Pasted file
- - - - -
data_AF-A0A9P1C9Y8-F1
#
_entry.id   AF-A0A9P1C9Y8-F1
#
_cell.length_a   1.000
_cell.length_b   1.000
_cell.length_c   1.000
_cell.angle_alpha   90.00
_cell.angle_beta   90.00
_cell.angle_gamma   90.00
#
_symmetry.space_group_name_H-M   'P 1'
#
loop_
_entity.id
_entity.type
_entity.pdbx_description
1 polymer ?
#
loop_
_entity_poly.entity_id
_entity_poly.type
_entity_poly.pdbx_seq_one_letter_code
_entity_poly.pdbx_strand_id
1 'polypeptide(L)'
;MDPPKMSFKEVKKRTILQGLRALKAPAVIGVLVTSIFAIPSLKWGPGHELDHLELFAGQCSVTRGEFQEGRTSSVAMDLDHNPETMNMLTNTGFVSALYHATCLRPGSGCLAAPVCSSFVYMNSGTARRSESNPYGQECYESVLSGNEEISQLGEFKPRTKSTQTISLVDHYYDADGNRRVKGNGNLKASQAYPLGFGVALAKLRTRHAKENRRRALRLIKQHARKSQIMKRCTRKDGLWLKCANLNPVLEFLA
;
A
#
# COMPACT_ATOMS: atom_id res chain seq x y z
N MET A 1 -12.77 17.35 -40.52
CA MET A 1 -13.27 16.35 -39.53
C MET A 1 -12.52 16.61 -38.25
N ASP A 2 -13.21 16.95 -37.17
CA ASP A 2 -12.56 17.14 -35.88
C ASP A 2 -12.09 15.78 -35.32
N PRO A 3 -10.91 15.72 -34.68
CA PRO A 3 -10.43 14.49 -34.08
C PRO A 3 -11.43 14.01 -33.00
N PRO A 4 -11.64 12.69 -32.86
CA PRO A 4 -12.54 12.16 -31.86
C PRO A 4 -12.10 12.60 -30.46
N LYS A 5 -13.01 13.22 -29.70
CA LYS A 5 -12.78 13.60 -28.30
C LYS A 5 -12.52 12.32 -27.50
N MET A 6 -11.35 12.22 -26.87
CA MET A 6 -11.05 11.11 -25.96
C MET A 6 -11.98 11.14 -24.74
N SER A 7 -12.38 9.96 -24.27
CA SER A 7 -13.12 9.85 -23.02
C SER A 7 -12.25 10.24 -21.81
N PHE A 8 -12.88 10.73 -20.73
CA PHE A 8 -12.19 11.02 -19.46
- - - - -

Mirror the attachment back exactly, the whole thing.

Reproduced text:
data_AF-A0A9P1C9Y8-F1
#
_entry.id   AF-A0A9P1C9Y8-F1
#
_cell.length_a   1.000
_cell.length_b   1.000
_cell.length_c   1.000
_cell.angle_alpha   90.00
_cell.angle_beta   90.00
_cell.angle_gamma   90.00
#
_symmetry.space_group_name_H-M   'P 1'
#
loop_
_entity.id
_entity.type
_entity.pdbx_description
1 polymer ?
#
loop_
_entity_poly.entity_id
_entity_poly.type
_entity_poly.pdbx_seq_one_letter_code
_entity_poly.pdbx_strand_id
1 'polypeptide(L)'
;MDPPKMSFKEVKKRTILQGLRALKAPAVIGVLVTSIFAIPSLKWGPGHELDHLELFAGQCSVTRGEFQEGRTSSVAMDLDHNPETMNMLTNTGFVSALYHATCLRPGSGCLAAPVCSSFVYMNSGTARRSESNPYGQECYESVLSGNEEISQLGEFKPRTKSTQTISLVDHYYDADGNRRVKGNGNLKASQAYPLGFGVALAKLRTRHAKENRRRALRLIKQHARKSQIMKRCTRKDGLWLKCANLNPVLEFLA
;
A
#
# COMPACT_ATOMS: atom_id res chain seq x y z
N MET A 1 -12.77 17.35 -40.52
CA MET A 1 -13.27 16.35 -39.53
C MET A 1 -12.52 16.61 -38.25
N ASP A 2 -13.21 16.95 -37.17
CA ASP A 2 -12.56 17.14 -35.88
C ASP A 2 -12.09 15.78 -35.32
N PRO A 3 -10.91 15.72 -34.68
CA PRO A 3 -10.43 14.49 -34.08
C PRO A 3 -11.43 14.01 -33.00
N PRO A 4 -11.64 12.69 -32.86
CA PRO A 4 -12.54 12.16 -31.86
C PRO A 4 -12.10 12.60 -30.46
N LYS A 5 -13.01 13.22 -29.70
CA LYS A 5 -12.78 13.60 -28.30
C LYS A 5 -12.52 12.32 -27.50
N MET A 6 -11.35 12.22 -26.87
CA MET A 6 -11.05 11.11 -25.96
C MET A 6 -11.98 11.14 -24.74
N SER A 7 -12.38 9.96 -24.27
CA SER A 7 -13.12 9.85 -23.02
C SER A 7 -12.25 10.24 -21.81
N PHE A 8 -12.88 10.73 -20.73
CA PHE A 8 -12.19 11.02 -19.46